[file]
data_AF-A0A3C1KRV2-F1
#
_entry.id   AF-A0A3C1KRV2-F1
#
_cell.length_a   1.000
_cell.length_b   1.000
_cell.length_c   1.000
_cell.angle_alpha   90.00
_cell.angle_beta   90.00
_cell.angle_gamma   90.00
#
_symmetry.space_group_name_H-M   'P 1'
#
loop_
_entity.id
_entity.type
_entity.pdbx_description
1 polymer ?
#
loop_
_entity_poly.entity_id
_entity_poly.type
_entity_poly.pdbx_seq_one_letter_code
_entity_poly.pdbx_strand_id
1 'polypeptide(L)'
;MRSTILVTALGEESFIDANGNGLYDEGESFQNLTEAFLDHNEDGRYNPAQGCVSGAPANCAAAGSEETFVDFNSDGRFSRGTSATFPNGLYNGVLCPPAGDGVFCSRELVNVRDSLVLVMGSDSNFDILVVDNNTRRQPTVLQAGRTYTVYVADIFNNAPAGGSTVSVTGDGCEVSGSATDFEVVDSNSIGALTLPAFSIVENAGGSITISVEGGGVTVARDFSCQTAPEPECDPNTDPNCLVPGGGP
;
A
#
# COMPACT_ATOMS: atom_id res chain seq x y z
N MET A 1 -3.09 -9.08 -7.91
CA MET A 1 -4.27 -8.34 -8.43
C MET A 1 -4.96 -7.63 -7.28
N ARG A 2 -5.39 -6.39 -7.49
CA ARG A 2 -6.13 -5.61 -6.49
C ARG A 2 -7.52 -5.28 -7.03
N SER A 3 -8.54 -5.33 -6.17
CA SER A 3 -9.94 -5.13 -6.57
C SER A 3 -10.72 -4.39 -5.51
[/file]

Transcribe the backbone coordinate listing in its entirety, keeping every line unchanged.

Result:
data_AF-A0A3C1KRV2-F1
#
_entry.id   AF-A0A3C1KRV2-F1
#
_cell.length_a   1.000
_cell.length_b   1.000
_cell.length_c   1.000
_cell.angle_alpha   90.00
_cell.angle_beta   90.00
_cell.angle_gamma   90.00
#
_symmetry.space_group_name_H-M   'P 1'
#
loop_
_entity.id
_entity.type
_entity.pdbx_description
1 polymer ?
#
loop_
_entity_poly.entity_id
_entity_poly.type
_entity_poly.pdbx_seq_one_letter_code
_entity_poly.pdbx_strand_id
1 'polypeptide(L)'
;MRSTILVTALGEESFIDANGNGLYDEGESFQNLTEAFLDHNEDGRYNPAQGCVSGAPANCAAAGSEETFVDFNSDGRFSRGTSATFPNGLYNGVLCPPAGDGVFCSRELVNVRDSLVLVMGSDSNFDILVVDNNTRRQPTVLQAGRTYTVYVADIFNNAPAGGSTVSVTGDGCEVSGSATDFEVVDSNSIGALTLPAFSIVENAGGSITISVEGGGVTVARDFSCQTAPEPECDPNTDPNCLVPGGGP
;
A
#
# COMPACT_ATOMS: atom_id res chain seq x y z
N MET A 1 -3.09 -9.08 -7.91
CA MET A 1 -4.27 -8.34 -8.43
C MET A 1 -4.96 -7.63 -7.28
N ARG A 2 -5.39 -6.39 -7.49
CA ARG A 2 -6.13 -5.61 -6.49
C ARG A 2 -7.52 -5.28 -7.03
N SER A 3 -8.54 -5.33 -6.17
CA SER A 3 -9.94 -5.13 -6.57
C SER A 3 -10.72 -4.39 -5.51